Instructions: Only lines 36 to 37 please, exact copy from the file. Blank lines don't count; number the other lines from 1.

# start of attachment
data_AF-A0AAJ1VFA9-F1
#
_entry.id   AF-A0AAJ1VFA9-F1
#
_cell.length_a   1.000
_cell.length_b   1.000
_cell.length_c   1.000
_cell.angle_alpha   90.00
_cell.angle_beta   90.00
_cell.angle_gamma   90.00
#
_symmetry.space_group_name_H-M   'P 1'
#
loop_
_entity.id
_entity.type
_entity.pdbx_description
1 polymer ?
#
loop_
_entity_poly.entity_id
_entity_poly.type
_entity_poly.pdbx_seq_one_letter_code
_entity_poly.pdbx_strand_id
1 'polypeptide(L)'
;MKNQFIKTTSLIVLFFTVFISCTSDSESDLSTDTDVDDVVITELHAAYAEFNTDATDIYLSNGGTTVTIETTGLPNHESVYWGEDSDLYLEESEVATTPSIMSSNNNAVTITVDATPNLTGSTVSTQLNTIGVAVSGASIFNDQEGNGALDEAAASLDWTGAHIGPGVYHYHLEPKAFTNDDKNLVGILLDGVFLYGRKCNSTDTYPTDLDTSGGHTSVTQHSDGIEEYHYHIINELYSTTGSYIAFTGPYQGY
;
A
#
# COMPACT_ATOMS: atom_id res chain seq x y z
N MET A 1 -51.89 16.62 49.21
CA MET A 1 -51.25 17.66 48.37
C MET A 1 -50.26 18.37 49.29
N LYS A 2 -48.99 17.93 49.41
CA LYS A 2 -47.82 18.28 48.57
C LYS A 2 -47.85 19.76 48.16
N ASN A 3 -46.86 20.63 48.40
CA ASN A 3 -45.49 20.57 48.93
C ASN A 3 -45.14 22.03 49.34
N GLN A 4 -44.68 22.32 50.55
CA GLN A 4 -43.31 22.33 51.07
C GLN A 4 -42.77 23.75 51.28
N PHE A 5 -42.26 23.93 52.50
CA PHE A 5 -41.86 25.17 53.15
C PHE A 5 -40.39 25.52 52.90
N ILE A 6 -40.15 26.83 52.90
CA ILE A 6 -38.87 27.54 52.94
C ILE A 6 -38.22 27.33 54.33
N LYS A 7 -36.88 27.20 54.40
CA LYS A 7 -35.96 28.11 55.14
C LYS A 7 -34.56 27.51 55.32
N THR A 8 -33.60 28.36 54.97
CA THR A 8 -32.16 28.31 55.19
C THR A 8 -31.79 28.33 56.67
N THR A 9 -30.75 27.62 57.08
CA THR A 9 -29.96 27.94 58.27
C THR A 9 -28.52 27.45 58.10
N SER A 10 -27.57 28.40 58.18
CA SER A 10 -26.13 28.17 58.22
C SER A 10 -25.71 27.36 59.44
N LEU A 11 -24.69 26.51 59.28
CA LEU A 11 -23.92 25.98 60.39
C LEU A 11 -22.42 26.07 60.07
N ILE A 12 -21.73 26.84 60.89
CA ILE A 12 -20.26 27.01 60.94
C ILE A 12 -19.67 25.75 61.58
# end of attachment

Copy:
C LYS A 2 -47.85 19.76 48.16
N ASN A 3 -46.86 20.63 48.40